Department of Science Education

Learning Outcomes

Home | Mission | Goals & Objectives | Learning Outcomes | Curriculum Matrix | Assessment Plan | Indicators of Success

B.A. in Natural Sciences

Our SLOs have undergone a significant revision over the last two years. We have taken our former standards (shown below) and updated them to align with the Next Generation Science Standards (NGSS). NGSS are the new K-12 science standards that have or are being adopted by the majority of states, including California. A cross-cutting concept that we focus on as a means for tying all of the Science disciplines together is Energy.

Current SLOs (AY 2016-17 & 2017-18)

Students graduating with a B.A. in Natural Sciences will be able to:

SLO 1.1: Demonstrate an understanding of the DCIs in Physical Science (PS), Life Science (LS), and Earth and Space Science (ESS) 

SLO 1.2: Demonstrate an understanding of the DCIs in Engineering, Technology and the Application of Science (ETS) 

SLO 2.1: Apply the science and engineering practices to answer question (science) and come up with solutions (engineering)

SLO 3.1: Create standards-based lesson plans

SLO 3.2: Facilitate effective student interactions

SLO 3.3:Engage in evidence-based reflective teaching practices

Former SLOs (AY 2012-13, 2013-14, 2014-15 & 2015-16)

Students graduating with a B.A. in Natural Sciences will be able to:

SLO 1.1: Describe and apply the concept of energy and its transformations in explaining natural phenomena. (Example applications: energy flow in ecosystems, effects of heat energy in Earth systems, Earth’s energy resources, etc.)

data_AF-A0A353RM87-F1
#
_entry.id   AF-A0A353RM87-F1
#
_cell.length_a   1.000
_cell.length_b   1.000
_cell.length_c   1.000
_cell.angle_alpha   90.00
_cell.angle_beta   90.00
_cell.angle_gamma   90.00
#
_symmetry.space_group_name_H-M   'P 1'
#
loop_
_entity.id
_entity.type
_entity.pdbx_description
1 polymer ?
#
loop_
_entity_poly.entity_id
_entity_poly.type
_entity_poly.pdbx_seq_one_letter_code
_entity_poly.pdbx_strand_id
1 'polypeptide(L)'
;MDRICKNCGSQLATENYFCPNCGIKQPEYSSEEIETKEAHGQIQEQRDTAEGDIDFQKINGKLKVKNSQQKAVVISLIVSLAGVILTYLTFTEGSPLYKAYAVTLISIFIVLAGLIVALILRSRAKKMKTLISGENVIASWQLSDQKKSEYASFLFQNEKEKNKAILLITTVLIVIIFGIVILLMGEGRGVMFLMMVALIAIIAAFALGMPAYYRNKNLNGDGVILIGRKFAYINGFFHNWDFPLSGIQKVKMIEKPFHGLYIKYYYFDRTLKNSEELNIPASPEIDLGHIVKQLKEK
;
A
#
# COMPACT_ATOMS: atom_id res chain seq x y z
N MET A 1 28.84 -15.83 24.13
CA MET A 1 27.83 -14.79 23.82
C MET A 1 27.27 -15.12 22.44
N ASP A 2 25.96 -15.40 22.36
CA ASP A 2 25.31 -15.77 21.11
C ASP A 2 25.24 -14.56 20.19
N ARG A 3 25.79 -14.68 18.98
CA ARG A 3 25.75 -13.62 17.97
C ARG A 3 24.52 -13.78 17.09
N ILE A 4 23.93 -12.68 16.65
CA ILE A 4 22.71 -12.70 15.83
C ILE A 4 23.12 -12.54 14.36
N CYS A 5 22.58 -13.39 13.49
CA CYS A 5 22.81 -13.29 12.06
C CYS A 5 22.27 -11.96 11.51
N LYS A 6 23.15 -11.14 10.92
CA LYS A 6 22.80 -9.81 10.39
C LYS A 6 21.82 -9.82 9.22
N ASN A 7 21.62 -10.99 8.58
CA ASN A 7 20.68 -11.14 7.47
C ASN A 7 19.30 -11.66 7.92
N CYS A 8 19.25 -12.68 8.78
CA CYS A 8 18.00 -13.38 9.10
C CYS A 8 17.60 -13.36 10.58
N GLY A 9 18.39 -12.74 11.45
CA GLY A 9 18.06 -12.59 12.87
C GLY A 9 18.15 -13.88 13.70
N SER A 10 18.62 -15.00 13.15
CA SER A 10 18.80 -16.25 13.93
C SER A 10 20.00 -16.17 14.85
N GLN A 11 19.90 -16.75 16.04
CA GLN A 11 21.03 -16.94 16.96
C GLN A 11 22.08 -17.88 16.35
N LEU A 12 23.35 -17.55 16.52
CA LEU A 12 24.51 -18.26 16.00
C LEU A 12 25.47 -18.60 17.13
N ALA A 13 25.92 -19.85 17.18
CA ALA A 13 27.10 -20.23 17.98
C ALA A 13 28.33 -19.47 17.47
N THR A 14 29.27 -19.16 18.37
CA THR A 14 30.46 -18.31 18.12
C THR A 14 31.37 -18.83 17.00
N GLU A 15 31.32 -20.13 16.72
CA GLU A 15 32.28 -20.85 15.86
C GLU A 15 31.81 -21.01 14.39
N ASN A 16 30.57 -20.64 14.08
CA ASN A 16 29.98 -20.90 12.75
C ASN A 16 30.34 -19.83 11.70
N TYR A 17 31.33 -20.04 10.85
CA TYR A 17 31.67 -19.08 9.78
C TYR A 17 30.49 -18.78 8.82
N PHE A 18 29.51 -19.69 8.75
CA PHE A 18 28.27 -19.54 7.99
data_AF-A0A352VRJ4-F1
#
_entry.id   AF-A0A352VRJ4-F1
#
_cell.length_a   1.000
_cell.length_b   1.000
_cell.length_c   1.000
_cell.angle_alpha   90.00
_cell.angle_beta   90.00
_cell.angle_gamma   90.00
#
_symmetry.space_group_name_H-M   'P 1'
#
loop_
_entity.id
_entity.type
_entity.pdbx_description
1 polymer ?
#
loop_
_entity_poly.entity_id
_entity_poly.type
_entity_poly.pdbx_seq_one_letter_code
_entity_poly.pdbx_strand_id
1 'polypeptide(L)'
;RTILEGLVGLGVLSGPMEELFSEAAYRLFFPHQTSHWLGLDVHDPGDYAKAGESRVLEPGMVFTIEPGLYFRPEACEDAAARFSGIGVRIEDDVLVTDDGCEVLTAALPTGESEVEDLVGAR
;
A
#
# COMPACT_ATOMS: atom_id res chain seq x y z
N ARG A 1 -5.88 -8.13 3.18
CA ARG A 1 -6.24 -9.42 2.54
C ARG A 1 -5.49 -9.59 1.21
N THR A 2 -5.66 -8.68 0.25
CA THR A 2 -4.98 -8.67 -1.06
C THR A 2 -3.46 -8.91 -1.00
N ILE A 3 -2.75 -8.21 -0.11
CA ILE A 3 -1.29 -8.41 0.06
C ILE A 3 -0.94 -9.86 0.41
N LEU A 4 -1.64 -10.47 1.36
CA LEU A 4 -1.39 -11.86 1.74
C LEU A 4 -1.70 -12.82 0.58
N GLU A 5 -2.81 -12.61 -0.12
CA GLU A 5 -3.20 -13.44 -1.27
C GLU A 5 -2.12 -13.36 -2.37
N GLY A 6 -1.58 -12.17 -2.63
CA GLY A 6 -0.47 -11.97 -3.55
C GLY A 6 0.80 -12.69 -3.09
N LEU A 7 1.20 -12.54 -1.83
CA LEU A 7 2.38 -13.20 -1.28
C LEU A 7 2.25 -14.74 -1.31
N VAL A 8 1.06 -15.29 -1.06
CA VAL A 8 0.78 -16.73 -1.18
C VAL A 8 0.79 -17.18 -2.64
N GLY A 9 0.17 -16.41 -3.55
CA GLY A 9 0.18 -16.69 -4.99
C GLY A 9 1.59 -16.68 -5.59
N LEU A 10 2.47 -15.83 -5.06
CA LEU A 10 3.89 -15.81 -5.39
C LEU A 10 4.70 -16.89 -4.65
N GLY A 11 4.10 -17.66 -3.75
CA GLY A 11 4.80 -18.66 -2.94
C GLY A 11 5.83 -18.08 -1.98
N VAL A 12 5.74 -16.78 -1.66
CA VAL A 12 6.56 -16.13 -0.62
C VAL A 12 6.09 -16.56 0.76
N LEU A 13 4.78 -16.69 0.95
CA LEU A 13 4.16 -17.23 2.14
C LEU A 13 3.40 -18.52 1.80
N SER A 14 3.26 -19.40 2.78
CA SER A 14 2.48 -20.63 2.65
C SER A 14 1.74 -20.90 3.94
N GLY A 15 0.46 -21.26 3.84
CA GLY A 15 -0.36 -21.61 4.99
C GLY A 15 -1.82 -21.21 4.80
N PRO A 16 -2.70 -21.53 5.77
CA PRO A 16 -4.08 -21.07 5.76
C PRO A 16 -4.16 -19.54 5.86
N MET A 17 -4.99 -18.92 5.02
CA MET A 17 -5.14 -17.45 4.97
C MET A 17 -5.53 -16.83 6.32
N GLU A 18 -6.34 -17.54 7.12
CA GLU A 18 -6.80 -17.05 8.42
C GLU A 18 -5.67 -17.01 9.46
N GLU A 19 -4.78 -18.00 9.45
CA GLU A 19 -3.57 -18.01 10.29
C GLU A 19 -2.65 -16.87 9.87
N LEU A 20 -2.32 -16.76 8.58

SLO 1.2: Describe and apply the concept that the atomic nature of matter determines the physical and chemical properties of all substances. (Example applications: chemical reactions, molecular biology, biochemistry, matter cycling in ecosystems and Earth systems, Earth’s material resources etc.)

SLO 1.3: Describe and apply the concept that natural systems change over time in predictable ways. (Example applications: biological evolution, geologic time, climate change, shaping the Earth’s surface, plate tectonics, human environmental impacts, stellar evolution, etc.) 

SLO 1.4: Describe and apply the concept that the motion of objects is predictable. (Example applications: forces, motion of objects in the sky, molecular motion, the motion of light or seismic waves, etc.) 

SLO 1.5: Describe and apply the concept that the types and levels of organization provide useful ways of thinking about the world. (Example applications: periodic table, cellular organization, structures and systems in organisms, ecosystem organization, organization of the universe, etc.) 

SLO 2.1: Formulate and conduct scientific investigations.

SLO 2.2: Recognize the role of argumentation and peer-review in the scientific process and can engage in these processes with intellectual honesty, skepticism, and openness to new ideas.

SLO 3.1: Write a clear and concise explanation of a complex and puzzling natural phenomena.

SLO 3.2: Use questioning strategies to elicit an audience’s ideas about science concepts and help them examine, refine and restructure those ideas.

SLO 3.3: Design an appropriate learning activity that can lead an audience to a deep understanding of science concepts.